Literature review revealed similar satisfactory outcomes after both operative and non-operative management of spinal injuries, thus forming a comparative control group [9, 32, 38, 47]. However, the results are not so encouraging for pelvic fractures [12, 15, 16, 50, 51]. The treatment strategy for pelvic ring or acetabular fractures is decided by the degree of instability or dislocation, as well as the presence of other injuries. Although many pelvic fractures can be treated conservatively, when the fracture pattern involves the posterior pelvic ring and/or there is displacement of the acetabular fracture, ORIF is usually required. In the case that patient’s hemodynamic status allows a surgery and enough surgical experience is available, definitive treatment within the first 24 h after the accident guarantee good clinical and surgical results [11]. New operative techniques are on the rise, such as percutaneous fixation using the 3D fluoroscopic image-based navigation system that produces an intraoperative image comparable to that obtained with postoperative CT, thus allowing the best possible anatomical reduction to be achieved in a single surgical procedure [10]. The pelvic fracture that occurs with a high-energy trauma is often accompanied by spinal cord injury, which may delay osteosynthetic fixation of pelvic fractures.

A delay of more than 3 weeks has been shown to be associated with poor fracture reduction quality and surgical outcome [30].

According to the literature, the mortality rate in patients with pelvic fractures is in the range of 6%-13%, with the lower rates being reported in recent decades [4, 5, 20, 27]. Severe bleeding is the leading cause of death, whether caused by the fracture itself or by other related injuries. Application of standardized trauma management strategies (e.g. ATLS®, MARCH®) in prehospital care and emergency departments can significantly improve outcomes; these strategies involve early aggressive blood and clotting factors transfusion regimens, as well as non-invasive pelvic stabilization (e.g. pelvic binder) [6, 17, 24, 25, 46]. The treatment of pelvic fractures depends on the patient’s hemodynamic status and concomitant diseases. Unstable anterior pelvic ring fractures can be urgently stabilized with an external fixator and the posterior pelvic ring fractures with a pelvic C-clamp.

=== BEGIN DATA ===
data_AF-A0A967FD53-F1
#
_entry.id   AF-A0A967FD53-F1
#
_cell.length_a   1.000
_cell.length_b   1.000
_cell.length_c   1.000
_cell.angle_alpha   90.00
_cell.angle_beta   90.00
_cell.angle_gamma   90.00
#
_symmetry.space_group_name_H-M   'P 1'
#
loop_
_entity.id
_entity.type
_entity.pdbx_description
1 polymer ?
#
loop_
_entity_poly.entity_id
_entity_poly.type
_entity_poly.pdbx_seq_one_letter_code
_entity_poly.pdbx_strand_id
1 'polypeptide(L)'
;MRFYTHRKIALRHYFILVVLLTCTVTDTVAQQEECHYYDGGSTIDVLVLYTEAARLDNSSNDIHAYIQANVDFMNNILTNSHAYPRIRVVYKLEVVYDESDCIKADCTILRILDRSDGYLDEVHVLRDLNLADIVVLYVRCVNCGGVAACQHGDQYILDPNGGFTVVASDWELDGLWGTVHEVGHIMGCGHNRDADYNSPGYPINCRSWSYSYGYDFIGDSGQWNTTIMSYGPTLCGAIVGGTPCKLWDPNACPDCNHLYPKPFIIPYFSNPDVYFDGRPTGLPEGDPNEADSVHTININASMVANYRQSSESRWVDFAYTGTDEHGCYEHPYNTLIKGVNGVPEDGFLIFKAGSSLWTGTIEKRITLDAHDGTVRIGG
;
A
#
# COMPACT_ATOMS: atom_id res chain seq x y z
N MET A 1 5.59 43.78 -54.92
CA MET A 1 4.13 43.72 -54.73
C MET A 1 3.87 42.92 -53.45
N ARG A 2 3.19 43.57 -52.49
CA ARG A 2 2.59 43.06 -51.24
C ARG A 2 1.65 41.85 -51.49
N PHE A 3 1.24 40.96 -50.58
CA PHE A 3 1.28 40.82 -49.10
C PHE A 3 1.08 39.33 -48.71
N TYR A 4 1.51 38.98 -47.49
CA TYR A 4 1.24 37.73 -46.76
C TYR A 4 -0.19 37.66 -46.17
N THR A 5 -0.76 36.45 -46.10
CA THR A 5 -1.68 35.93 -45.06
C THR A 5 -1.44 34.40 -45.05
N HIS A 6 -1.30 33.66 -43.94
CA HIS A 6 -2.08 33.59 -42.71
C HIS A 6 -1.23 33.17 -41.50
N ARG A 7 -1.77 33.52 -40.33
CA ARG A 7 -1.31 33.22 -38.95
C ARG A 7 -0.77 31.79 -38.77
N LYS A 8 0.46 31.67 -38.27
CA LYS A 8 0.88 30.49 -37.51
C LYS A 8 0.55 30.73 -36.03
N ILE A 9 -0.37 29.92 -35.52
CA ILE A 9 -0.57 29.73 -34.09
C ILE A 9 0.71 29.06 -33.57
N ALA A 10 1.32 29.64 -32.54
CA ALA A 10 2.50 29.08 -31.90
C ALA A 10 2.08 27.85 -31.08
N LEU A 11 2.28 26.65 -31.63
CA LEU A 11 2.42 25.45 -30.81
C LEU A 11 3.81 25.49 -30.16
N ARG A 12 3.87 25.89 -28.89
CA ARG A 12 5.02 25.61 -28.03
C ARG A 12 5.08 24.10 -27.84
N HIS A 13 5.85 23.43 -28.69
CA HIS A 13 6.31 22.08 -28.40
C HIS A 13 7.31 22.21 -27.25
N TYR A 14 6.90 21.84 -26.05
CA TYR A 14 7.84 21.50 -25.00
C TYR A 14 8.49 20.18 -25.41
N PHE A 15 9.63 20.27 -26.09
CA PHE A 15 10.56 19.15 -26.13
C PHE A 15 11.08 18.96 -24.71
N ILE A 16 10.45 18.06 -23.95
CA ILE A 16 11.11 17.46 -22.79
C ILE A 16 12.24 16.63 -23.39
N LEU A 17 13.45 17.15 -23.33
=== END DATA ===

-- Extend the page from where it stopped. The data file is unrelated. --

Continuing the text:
In the case of uncontrollable bleeding in hemodynamically stable patients, interventional radiological embolization is a viable option, but for hemodynamically unstable patients the gold standard is surgical preperitoneal pelvic packing until the patient’s status allows a revision surgery [36, 39].

A cooperative multidisciplinary approach is necessary to improve outcomes. Protocol-guided bleeding management, a decision-making algorithm, and the involvement of specialized orthopedic pelvic surgeons are essential [40]. Delay of fracture fixation because of concomitant injuries leads to increased morbidity, prolonged immobilization [52], and need for intensive unit care. Effective trauma care can ensure an improved outcome with less inpatient complications and briefer hospital stay, as well as a reduce in clinical resource consumption and costs [53].

In our cohort, patients with pelvic fracture plus spine injury were significantly younger; this correlates with the fact that patients with stable pelvic injury were considerably older (> 65 years of age; isolated pelvic injury 44.8% vs. associated pelvic/spine 8%) and patients with an unstable pelvic injury suffer an association of spine/pelvic injury thinkable of the necessary high-energy required trauma forces. In our cohort, patients with spine plus pelvic injuries had lower Hb levels and blood pressure values at admission. Due to the accompanying spine injuries, these patients were more likely to undergo emergency stabilizations (e.g., external fixation or pelvic C-clamp). Meanwhile, patients with isolated pelvic injury were more likely to receive definitive pelvic fixation. The time until emergency stabilization and the time until definitive pelvic stabilization were both significantly longer in patients with pelvic fracture plus spine injury. Even though, the time until definitive surgical treatment of pelvic fracture was delayed in patients with associated spine injury, the surgery was still performed within the recommended 5–8 days after the accident.